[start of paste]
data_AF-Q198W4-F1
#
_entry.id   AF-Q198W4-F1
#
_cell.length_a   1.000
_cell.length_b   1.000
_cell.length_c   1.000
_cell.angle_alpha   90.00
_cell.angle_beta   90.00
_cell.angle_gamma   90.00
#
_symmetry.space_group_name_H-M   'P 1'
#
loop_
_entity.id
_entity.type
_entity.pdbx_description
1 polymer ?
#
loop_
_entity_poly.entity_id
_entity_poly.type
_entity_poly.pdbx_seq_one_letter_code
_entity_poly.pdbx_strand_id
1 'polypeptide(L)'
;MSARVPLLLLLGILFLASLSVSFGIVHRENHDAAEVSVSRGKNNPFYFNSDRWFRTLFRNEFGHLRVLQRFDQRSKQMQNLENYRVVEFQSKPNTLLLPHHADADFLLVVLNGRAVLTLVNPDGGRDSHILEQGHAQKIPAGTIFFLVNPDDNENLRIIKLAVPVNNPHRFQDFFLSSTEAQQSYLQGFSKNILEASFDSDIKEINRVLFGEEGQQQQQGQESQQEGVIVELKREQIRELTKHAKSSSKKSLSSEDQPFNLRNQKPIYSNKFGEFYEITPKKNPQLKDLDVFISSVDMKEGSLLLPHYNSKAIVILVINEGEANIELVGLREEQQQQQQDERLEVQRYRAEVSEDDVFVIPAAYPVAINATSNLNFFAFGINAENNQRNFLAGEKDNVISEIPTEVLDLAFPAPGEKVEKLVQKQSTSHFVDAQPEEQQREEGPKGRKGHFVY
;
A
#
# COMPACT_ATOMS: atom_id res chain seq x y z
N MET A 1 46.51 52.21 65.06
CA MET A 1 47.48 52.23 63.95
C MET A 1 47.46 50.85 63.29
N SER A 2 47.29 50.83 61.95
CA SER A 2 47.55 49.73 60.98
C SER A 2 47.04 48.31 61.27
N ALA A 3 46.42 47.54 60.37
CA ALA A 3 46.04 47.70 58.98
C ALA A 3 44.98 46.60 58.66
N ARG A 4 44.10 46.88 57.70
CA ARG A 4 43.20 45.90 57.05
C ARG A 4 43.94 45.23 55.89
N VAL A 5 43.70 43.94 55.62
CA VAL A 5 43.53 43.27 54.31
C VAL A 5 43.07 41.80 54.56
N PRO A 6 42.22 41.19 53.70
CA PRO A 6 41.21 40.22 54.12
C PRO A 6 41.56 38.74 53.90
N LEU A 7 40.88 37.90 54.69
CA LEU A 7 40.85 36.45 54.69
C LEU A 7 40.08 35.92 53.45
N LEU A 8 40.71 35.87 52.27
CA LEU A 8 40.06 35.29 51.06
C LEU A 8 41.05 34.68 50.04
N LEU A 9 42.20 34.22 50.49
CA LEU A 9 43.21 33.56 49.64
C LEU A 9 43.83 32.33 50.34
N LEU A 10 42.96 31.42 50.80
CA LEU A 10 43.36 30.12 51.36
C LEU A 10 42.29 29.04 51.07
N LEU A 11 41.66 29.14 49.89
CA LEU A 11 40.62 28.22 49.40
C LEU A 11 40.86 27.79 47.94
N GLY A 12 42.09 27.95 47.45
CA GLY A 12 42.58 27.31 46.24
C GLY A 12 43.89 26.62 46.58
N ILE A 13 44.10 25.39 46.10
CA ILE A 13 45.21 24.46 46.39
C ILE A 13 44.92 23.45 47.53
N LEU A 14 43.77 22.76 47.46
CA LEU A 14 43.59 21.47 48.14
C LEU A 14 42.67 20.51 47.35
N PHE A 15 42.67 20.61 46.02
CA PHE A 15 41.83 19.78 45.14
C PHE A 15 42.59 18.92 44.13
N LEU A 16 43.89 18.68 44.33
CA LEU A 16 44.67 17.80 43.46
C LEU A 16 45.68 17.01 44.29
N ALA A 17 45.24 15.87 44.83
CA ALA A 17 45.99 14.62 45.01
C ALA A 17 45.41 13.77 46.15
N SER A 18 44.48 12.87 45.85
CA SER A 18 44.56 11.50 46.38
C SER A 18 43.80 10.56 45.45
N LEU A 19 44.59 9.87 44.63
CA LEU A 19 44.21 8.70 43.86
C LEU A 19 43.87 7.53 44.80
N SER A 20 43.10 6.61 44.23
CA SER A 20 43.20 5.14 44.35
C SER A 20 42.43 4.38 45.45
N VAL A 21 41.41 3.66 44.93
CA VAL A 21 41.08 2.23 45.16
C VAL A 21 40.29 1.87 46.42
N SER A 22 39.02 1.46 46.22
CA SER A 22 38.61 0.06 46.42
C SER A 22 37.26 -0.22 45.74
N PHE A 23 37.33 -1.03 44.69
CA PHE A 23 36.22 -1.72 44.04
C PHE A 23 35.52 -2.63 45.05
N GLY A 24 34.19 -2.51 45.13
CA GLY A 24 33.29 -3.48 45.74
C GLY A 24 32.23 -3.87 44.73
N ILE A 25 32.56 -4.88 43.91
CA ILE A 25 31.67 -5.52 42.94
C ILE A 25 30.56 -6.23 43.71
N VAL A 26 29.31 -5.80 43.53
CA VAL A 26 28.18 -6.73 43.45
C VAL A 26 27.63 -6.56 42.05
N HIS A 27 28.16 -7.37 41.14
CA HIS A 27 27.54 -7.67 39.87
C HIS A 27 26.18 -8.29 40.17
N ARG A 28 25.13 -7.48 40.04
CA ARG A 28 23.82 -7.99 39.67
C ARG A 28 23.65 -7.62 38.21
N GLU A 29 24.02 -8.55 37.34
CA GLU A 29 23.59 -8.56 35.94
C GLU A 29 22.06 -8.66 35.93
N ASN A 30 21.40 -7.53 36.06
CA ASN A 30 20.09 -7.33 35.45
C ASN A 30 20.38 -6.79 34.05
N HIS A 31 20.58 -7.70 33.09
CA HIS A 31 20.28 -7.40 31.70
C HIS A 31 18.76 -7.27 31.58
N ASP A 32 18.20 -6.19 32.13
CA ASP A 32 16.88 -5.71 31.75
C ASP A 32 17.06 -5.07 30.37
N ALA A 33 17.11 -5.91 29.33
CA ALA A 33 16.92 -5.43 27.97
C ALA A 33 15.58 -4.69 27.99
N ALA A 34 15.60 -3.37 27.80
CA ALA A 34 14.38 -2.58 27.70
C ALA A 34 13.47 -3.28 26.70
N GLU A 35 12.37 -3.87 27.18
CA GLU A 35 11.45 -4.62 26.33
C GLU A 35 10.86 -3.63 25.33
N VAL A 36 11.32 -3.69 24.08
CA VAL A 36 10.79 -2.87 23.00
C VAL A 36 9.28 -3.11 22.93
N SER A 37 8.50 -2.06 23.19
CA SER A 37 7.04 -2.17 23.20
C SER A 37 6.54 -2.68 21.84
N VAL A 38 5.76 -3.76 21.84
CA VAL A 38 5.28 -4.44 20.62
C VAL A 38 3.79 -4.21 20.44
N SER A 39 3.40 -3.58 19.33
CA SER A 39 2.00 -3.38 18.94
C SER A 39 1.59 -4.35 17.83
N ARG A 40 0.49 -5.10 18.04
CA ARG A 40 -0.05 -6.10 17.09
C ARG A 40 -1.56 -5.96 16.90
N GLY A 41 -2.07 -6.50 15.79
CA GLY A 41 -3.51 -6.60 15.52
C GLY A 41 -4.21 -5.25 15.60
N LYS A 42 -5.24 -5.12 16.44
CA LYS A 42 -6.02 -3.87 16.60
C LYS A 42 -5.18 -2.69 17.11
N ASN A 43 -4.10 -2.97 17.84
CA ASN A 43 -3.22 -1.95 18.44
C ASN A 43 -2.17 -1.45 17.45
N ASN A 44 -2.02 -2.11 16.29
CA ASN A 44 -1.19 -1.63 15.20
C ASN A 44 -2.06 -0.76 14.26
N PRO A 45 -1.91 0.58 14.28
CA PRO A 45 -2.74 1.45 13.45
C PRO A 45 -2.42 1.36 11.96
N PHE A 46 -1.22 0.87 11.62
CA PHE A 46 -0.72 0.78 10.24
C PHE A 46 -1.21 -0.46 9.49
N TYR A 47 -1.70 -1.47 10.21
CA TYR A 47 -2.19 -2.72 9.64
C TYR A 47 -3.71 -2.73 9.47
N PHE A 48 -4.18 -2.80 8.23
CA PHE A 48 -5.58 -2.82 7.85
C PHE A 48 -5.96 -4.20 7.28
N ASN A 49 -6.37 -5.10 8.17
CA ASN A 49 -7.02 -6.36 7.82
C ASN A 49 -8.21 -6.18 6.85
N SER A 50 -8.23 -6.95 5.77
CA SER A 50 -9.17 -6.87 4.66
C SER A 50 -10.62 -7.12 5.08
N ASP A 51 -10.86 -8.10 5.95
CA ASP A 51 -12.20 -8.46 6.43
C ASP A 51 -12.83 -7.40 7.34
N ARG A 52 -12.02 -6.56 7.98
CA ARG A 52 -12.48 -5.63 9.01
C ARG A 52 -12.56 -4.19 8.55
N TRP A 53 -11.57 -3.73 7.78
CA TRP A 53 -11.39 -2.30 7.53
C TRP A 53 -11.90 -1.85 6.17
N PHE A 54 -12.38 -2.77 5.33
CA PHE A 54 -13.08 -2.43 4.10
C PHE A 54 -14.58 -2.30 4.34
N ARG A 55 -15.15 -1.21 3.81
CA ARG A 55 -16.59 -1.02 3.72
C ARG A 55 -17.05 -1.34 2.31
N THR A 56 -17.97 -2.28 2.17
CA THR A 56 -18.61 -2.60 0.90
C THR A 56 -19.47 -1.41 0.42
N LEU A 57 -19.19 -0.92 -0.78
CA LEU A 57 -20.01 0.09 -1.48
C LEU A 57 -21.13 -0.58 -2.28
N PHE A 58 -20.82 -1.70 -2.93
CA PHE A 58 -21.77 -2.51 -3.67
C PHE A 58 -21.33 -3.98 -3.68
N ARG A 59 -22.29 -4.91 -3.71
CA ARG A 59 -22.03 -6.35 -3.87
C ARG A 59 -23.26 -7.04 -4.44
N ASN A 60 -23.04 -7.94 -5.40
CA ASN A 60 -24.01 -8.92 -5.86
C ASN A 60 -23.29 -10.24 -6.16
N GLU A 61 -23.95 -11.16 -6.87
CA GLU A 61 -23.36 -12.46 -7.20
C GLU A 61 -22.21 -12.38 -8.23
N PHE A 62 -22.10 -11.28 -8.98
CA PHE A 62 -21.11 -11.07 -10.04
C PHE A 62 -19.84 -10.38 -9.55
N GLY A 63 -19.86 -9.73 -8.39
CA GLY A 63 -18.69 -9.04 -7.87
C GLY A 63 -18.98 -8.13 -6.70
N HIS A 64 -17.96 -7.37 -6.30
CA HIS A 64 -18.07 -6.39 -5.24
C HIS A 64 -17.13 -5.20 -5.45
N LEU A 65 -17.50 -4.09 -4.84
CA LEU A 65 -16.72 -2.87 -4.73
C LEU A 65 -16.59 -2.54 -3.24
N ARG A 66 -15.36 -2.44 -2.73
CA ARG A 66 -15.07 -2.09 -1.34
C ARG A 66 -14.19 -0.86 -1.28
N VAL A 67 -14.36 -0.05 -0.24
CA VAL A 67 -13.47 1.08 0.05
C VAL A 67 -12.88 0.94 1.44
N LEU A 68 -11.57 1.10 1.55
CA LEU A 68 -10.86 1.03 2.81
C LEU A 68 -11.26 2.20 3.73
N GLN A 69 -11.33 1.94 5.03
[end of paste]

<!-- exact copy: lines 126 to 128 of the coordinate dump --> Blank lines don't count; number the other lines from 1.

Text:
C ASP A 32 17.06 -5.07 30.37
N ALA A 33 17.11 -5.91 29.33
CA ALA A 33 16.92 -5.43 27.97